That all able-bodied male colored persons, between the ages of 20 and 45 years, whether citizens or not, resident in the United States, shall be enrolled according to the provisions of this act, and of the act to which this is an amendment. and form part of the National forces; and, when a slave of a loyal master shall be drafted and mustered into the service of the United States, his master shall have a certificate thereof; and thereupon such slave shall be free; and the bounty of a hundred dollars, now payable by law for each drafted man, shall be paid to the person to whom such drafted person was owing service or labor at the time of his muster into the service of the United States. The Secretary of War shall appoint a commission in each of the slave States represented in Congress, charged to award to each loyal person to whom a colored volunteer may owe service, a just compensation, not exceeding $300, for each such colored volunteer, payable out of the fund derived from commutations; and every such colored volunteer, on being mustered into the service, shall be free.The report of the Conference Committee was agreed to by the two Houses respectively, and the bill, thus amended, became the law of the land. By a section of the-Act of 1862, aforesaid, the said “persons of African descent” were to be paid $10 per month, $3 of it in clothing; while the pay of the White soldiers was $13 per month, beside clothing. Gov. Andrew, of Mass., on his solicitation, was authorized1 by Secretary Stanton to raise of three years men “volunteer companies of artillery for duty in the forts of Massachusetts and elsewhere, and such companies of infantry for the volunteer military service as he may find convenient, and may include persons of African descent, organized into separate corps.” Under this order, Gov. A. proceeded to raise two full regiments of Blacks, known as the 54th and 55th Massachusetts; which in due time were mustered without objection into the service of the Union, and there won honorable distinction. When, at length, the paymaster made his usually welcome appearance at their camp, and offered them $10 per month, they refused to accept that or anything less than the regular pay of soldiers of the United States; and a tender of the State to make good the difference between what they were offered and what they demanded, they declined; going wholly without pay for more than a year in order to establish their right to be regarded, not especially as negroes, but as men. Those who, being meantime hopelessly disabled by wounds or by disease, received honorable discharges from the service, did accept what was offered them by the Federal paymaster, and the residue of their full pay from Maj. Sturgis, agent of the State. At last, after repeated and most urgent representations to the War Department by Gov. Andrew, and upon the opinion of Attorney-General Bates that they were legally as well as equitably entitled to it, they received from the United States the full pay they had persistently claimed. And Rev. Samuel Harrison, the Black chaplain of the 54th, being refused by the U. S. paymaster the regular pay of a chaplain because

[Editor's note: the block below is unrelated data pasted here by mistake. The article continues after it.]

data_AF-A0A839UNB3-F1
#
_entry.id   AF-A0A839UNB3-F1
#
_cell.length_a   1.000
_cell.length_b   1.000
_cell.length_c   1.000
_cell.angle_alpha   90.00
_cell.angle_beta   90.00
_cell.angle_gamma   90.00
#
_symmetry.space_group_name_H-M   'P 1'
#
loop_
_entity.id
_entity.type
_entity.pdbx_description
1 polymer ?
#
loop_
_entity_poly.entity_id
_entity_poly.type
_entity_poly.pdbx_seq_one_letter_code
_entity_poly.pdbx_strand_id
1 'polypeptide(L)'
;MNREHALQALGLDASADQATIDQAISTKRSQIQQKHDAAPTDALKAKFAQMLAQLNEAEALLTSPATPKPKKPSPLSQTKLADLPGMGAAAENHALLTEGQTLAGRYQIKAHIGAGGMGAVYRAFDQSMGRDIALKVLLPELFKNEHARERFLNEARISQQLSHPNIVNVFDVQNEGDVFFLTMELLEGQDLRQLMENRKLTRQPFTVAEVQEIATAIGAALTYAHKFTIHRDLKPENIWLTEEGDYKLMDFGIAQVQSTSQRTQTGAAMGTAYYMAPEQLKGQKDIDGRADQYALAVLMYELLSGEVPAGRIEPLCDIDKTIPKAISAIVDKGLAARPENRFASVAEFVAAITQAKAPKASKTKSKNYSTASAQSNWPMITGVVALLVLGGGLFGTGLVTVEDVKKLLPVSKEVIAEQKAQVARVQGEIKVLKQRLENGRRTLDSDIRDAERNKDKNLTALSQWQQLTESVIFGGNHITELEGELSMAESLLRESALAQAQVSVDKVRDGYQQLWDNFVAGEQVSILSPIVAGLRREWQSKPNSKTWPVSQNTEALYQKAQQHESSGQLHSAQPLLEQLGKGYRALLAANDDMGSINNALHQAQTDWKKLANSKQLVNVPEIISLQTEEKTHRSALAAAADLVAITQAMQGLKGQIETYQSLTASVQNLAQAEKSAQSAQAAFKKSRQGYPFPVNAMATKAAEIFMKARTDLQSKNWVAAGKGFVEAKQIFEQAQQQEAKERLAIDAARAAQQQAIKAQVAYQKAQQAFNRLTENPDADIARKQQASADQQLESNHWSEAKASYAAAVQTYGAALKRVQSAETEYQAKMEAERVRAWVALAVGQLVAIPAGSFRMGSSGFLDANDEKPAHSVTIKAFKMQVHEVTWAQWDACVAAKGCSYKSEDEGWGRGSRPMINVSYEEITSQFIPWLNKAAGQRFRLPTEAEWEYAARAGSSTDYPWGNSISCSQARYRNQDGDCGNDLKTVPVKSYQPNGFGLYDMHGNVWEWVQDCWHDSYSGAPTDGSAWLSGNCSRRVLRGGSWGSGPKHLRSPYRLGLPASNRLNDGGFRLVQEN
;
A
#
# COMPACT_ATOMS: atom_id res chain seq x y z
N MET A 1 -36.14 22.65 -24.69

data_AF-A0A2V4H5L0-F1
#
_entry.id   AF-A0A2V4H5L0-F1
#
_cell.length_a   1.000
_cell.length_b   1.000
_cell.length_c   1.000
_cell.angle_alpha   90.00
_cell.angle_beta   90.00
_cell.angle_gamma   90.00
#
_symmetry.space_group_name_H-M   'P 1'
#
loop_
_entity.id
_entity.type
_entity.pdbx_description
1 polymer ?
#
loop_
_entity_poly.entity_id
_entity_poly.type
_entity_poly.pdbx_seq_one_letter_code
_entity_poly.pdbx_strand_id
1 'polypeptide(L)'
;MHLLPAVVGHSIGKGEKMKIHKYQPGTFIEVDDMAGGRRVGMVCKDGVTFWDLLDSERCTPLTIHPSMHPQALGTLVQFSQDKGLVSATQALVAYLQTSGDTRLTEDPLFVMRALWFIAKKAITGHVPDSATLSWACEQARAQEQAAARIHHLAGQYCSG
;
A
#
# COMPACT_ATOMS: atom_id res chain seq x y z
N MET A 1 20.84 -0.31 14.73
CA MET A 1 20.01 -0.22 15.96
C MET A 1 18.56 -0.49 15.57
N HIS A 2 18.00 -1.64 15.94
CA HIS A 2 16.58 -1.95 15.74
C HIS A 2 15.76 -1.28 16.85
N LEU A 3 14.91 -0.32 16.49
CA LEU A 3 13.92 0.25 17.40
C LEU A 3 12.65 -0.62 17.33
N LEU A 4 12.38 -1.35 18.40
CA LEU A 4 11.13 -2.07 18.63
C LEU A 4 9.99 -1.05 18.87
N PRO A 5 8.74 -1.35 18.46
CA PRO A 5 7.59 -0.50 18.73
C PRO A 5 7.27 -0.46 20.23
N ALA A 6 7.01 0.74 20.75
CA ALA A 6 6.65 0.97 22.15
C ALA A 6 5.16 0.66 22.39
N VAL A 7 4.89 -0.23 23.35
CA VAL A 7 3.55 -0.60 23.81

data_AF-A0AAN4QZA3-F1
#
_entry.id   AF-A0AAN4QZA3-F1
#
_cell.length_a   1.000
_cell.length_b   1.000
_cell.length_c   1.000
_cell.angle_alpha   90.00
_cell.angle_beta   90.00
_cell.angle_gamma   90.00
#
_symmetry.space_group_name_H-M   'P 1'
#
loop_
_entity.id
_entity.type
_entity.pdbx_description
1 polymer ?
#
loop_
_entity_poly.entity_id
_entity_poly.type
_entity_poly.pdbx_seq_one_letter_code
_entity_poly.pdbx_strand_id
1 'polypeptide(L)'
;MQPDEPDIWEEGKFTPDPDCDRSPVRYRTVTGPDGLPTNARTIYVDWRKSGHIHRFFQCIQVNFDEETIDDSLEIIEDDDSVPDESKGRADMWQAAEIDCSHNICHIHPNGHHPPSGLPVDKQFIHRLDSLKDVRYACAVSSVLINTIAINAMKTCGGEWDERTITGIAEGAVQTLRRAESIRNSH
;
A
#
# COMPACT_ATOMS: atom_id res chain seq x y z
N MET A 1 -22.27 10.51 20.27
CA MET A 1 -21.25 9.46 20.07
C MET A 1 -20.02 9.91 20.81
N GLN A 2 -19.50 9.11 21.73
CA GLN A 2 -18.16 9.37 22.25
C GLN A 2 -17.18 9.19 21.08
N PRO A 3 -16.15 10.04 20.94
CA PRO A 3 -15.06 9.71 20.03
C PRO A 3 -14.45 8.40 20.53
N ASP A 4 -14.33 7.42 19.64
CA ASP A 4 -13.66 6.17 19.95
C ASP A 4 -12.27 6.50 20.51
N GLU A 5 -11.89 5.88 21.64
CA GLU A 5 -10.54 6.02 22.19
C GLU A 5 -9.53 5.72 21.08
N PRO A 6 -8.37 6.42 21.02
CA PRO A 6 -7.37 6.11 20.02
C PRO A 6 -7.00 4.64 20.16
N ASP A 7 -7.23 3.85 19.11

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1 Jan. 26, 1863.
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